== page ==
Hey, corn is a starchy vegetable, okay? You can have jellybeans with your steak for all I care; the current line is that it's just better to have many colors on your plate - not just beige and brown. I suppose you don't even have a green salad. The link I'm adding here is called "Eat A Rainbow Every Day" and is geared to kids; it appears the Food Rainbow is replacing the Basic 4 Food Groups and even the Food Pyramid. (I always thought it sounded like a pyramid scheme anyway.)
  11. Okay, I tried the BK Veggie the other day and I liked it. It helped that it was fresh off the assembly line. Only thing I hated was the mayo; I'll definitely tell them to hold it next time. But even in spite of the white-bread bun and iceberg lettuce and pink tomato, I finished it and was thinking about it half an hour later. It may not be the healthiest burger, but it sure beats meat - in my opinion.
  12. Sounds like a bourbon sno-kone to me!
  13. Well, I don't know; NYC tap water just tastes to me like pool water. In fact, there is plenty of documentation of fluoride's hazards (not to mention chlorine, which changes chemically to become dioxins, the stuff they found in Love Canal); I think people have been hearing the warnings for so long they've tuned it out. Actually, I know one of the bottled-water companies has introduduced water with fluoride added.
  14. Puslane is a weed, and it grows like a weed; I've seen it peeking up through cracks in the sidewalk - and of course my dog peed on it. It's a highly nutritious plant, though, and last year I was able to get it all the time through my CSA (community supported agriculture). I put it through the juicer (with other veggies) as often as not.
  15. The fiddlehead is the tightly-packed young frond of the ostrich fern, and to my palate the thing it most closely resembles is pea pods, once it's cooked. I also learned the hard way that you have to blanch them even before sautéing - or however you prepare them - or you're bound to get horrible gas pains. Live and learn. I don't know if the farmers are out in force today - I'm hearing some rumblings in the sky and that may have kept some of them away today - but as soon as my hair dries I'm going out to check on the fiddleheads and other provisions at the park.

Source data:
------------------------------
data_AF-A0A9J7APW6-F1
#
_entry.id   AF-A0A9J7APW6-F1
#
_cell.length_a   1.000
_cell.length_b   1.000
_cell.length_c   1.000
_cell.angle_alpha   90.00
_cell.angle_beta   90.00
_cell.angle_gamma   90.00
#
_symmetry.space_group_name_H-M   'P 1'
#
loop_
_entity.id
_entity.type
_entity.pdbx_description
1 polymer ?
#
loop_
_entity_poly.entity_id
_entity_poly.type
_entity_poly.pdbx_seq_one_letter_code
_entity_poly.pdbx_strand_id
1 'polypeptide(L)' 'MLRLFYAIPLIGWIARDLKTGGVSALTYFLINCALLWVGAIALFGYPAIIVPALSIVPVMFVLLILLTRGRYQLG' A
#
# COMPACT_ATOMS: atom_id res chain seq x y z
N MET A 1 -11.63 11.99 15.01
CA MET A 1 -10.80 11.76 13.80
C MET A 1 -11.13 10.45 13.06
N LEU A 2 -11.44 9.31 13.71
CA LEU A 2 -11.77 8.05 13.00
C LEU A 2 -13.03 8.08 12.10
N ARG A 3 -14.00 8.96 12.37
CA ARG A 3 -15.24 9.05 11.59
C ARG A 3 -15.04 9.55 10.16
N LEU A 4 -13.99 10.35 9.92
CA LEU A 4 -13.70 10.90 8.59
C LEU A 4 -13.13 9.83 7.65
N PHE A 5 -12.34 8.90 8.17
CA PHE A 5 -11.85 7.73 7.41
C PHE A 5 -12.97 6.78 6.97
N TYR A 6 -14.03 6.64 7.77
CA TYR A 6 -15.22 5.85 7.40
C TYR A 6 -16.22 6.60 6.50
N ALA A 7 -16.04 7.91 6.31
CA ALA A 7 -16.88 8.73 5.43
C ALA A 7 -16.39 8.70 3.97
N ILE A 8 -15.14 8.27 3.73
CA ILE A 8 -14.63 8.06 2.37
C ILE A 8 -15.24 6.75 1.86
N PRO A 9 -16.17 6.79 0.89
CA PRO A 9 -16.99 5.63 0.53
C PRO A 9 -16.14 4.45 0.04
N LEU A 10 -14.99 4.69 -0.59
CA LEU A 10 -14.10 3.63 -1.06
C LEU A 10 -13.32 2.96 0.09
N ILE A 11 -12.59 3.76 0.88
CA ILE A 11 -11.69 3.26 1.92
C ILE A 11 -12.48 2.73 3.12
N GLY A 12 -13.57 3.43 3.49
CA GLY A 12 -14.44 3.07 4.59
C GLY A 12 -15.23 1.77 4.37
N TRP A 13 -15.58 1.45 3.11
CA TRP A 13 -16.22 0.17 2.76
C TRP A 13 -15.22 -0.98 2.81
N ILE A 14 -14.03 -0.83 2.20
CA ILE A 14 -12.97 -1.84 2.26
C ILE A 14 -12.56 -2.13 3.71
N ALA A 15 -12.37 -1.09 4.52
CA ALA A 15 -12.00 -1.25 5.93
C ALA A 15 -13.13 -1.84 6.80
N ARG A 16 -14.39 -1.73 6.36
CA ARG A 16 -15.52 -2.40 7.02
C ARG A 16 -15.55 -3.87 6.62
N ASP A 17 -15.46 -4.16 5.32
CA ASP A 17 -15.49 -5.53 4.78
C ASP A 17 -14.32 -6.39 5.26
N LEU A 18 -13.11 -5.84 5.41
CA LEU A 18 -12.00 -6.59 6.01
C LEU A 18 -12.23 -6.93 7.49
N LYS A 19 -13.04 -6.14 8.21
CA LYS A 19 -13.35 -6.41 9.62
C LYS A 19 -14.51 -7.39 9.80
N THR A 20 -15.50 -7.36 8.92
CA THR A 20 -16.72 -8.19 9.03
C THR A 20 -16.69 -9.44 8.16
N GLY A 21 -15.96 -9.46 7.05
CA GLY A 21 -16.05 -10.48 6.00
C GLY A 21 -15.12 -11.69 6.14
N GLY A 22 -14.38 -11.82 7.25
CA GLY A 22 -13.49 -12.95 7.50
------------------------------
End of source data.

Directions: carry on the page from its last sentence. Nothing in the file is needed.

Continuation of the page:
16. See below: it is possible, although as you say, probably not practical. Depends on what market you're targeting. To their credit, Sassy's Sliders (which was originally on 10th street and 1st avenue in Manhattan, then moved up to 86th street on the east side and now I don't know if they still exist) did specify that their veggie "slider" was cooked on a separate griddle. I often had that burger, and found it to be as good as the best veggie burgers I'd ever had. (Unfortunately, they served it on a white-bread bun, which detracted from it, however.) It is absolutely true that with regard to your own dietary choices you have to be vigilant without expecting anyone else to look out for you. I'm looking forward to getting a soymilk machine in the next two weeks, because as a by-product of the milk, the machine also gives you a portion of okara, which is the fiber of the bean after the milk is pressed out. Years ago I used to buy an okara burger (made with flaxseed, chard, carrots, and such), and I'm looking forward to experimenting with making my own burger. I'll report.
  17. Hmmm...I'm not sure I want to touch that one.
  18. Well, surely we can have some sort of eGullet Morel Foray - or other hiking trip. It occurred to me when I first read the subject line that fiddleheads are just about out: or maybe they're early this year becauise it's been so warm. I'm hopeless as a coordinator - so don't ask me - but I'd be willing to help with the planning. So when do we go? (Alternately, fiddleheads can be found at a few stands at Union Square. Liza, what does Davy say about the fiddleheads this year?)
  19. I think we could have a whole thread about hashi. (Thanks for the word, Jinmyo.) I used to carry my own Japanese chopsticks; they were pink plastic and said "Happy Dog" with a little cartoon dog printed on them. Because I lost them and it was very hard to find a replacement pair, I stopped carrying my own sticks, if you will. By now, it's very common to find disposable bamboo (not those trashy balsa) sticks at most Asian places, so I still don't carry my own. At home I use better ones than I do out, though. For Japanese housewares, I like Katagiri.